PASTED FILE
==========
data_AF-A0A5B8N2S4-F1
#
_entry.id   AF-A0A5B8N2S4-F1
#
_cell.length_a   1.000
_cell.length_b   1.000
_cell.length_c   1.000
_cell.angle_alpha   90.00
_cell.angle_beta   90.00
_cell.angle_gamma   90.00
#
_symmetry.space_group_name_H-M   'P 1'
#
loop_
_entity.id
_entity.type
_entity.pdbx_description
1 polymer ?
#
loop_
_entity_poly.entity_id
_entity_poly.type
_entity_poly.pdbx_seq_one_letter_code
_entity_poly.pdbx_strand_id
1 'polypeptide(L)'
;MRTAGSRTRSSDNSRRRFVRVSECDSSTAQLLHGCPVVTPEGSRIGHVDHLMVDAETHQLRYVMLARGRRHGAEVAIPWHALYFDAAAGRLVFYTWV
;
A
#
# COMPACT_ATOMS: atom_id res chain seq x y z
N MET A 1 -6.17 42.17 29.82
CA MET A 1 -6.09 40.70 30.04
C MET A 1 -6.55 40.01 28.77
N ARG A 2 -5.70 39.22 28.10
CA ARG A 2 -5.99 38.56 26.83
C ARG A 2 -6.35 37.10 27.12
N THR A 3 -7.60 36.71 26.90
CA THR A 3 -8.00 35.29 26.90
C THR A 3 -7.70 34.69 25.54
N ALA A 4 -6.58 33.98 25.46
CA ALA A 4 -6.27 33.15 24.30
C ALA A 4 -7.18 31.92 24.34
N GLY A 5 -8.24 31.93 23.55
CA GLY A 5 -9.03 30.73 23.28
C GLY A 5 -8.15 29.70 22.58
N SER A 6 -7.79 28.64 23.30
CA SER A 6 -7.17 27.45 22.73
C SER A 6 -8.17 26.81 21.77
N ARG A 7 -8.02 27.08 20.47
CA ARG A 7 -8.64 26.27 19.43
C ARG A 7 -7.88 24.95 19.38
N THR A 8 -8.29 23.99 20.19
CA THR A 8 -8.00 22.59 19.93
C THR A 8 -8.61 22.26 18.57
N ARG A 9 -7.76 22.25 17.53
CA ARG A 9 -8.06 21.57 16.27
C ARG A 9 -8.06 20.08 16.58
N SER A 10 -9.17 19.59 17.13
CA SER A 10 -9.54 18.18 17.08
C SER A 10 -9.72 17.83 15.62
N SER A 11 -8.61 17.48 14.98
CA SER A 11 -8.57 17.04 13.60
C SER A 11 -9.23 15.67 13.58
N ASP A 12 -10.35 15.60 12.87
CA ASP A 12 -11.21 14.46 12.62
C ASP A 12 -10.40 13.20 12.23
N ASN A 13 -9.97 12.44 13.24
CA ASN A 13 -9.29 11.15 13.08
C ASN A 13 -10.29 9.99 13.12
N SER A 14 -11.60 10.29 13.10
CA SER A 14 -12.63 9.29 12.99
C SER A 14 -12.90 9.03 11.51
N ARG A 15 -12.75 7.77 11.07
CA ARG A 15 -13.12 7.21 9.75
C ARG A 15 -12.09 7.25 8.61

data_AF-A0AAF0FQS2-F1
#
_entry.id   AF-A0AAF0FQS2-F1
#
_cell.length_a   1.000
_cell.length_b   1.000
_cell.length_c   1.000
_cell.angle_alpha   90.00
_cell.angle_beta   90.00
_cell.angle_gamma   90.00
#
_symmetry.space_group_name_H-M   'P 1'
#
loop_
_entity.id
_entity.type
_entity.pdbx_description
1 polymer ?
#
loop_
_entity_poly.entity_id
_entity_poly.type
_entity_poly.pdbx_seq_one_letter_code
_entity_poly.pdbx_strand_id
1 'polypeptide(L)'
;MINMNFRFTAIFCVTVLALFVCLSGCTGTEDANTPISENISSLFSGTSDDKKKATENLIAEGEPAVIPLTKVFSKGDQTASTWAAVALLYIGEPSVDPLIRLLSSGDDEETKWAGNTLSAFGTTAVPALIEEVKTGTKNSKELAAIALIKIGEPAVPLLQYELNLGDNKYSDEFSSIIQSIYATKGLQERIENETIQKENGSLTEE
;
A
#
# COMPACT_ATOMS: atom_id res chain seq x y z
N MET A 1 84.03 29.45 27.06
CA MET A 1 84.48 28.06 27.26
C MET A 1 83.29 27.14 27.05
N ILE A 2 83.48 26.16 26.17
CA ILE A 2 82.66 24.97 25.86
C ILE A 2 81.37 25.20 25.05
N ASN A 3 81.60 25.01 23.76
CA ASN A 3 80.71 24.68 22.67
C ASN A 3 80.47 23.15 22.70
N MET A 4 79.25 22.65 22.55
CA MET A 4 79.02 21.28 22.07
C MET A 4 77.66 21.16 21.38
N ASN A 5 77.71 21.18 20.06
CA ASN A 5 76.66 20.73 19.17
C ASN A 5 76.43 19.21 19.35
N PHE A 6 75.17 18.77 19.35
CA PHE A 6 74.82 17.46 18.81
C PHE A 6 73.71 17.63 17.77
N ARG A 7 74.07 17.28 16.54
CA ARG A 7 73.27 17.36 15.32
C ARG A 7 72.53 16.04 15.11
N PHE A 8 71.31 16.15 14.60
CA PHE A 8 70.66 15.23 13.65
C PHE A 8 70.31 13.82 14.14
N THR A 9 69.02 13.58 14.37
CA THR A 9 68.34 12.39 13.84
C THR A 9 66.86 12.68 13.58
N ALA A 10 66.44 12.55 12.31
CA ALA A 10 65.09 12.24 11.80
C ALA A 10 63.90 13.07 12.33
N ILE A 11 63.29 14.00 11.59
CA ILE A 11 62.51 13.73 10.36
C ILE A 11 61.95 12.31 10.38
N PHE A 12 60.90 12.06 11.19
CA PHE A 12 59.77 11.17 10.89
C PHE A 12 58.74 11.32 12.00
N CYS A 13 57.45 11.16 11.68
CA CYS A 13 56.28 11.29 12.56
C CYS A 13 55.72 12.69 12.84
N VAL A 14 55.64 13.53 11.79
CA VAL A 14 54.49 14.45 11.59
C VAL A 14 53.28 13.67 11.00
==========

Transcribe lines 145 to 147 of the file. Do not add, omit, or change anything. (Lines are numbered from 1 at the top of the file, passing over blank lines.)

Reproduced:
N VAL A 14 55.64 13.53 11.79
CA VAL A 14 54.49 14.45 11.59
C VAL A 14 53.28 13.67 11.00